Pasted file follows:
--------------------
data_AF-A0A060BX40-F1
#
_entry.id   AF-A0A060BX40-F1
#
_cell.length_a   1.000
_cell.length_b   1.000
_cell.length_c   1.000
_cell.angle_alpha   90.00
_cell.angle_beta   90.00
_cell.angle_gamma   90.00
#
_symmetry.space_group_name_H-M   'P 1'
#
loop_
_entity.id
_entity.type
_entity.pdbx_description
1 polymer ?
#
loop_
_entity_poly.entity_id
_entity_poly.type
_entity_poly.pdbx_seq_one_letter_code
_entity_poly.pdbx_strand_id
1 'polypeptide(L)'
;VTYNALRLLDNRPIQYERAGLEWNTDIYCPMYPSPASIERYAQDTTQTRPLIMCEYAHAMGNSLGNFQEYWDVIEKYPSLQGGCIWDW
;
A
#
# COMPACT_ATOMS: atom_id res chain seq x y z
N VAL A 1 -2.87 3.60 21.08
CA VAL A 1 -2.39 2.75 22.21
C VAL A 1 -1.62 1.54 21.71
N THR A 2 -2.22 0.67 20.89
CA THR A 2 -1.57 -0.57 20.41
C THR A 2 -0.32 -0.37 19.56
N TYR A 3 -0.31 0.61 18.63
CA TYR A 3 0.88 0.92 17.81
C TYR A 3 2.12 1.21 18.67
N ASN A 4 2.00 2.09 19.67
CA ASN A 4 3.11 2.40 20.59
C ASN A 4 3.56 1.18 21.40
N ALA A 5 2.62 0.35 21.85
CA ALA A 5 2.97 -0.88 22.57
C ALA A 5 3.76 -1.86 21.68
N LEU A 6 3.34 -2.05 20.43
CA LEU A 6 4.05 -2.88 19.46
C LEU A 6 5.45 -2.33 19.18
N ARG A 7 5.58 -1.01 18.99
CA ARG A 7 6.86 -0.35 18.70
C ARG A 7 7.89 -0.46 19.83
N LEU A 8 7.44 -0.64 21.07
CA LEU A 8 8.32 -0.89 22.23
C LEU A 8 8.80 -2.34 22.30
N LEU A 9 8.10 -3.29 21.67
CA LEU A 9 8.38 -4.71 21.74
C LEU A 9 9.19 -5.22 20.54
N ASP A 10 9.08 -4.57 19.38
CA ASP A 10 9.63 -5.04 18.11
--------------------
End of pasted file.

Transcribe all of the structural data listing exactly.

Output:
data_AF-A0A060BX40-F1
#
_entry.id   AF-A0A060BX40-F1
#
_cell.length_a   1.000
_cell.length_b   1.000
_cell.length_c   1.000
_cell.angle_alpha   90.00
_cell.angle_beta   90.00
_cell.angle_gamma   90.00
#
_symmetry.space_group_name_H-M   'P 1'
#
loop_
_entity.id
_entity.type
_entity.pdbx_description
1 polymer ?
#
loop_
_entity_poly.entity_id
_entity_poly.type
_entity_poly.pdbx_seq_one_letter_code
_entity_poly.pdbx_strand_id
1 'polypeptide(L)'
;VTYNALRLLDNRPIQYERAGLEWNTDIYCPMYPSPASIERYAQDTTQTRPLIMCEYAHAMGNSLGNFQEYWDVIEKYPSLQGGCIWDW
;
A
#
# COMPACT_ATOMS: atom_id res chain seq x y z
N VAL A 1 -2.87 3.60 21.08
CA VAL A 1 -2.39 2.75 22.21
C VAL A 1 -1.62 1.54 21.71
N THR A 2 -2.22 0.67 20.89
CA THR A 2 -1.57 -0.57 20.41
C THR A 2 -0.32 -0.37 19.56
N TYR A 3 -0.31 0.61 18.63
CA TYR A 3 0.88 0.92 17.81
C TYR A 3 2.12 1.21 18.67
N ASN A 4 2.00 2.09 19.67
CA ASN A 4 3.11 2.40 20.59
C ASN A 4 3.56 1.18 21.40
N ALA A 5 2.62 0.35 21.85
CA ALA A 5 2.97 -0.88 22.57
C ALA A 5 3.76 -1.86 21.68
N LEU A 6 3.34 -2.05 20.43
CA LEU A 6 4.05 -2.88 19.46
C LEU A 6 5.45 -2.33 19.18
N ARG A 7 5.58 -1.01 18.99
CA ARG A 7 6.86 -0.35 18.70
C ARG A 7 7.89 -0.46 19.83
N LEU A 8 7.44 -0.64 21.07
CA LEU A 8 8.32 -0.89 22.23
C LEU A 8 8.80 -2.34 22.30
N LEU A 9 8.10 -3.29 21.67
CA LEU A 9 8.38 -4.71 21.74
C LEU A 9 9.19 -5.22 20.54
N ASP A 10 9.08 -4.57 19.38
CA ASP A 10 9.63 -5.04 18.11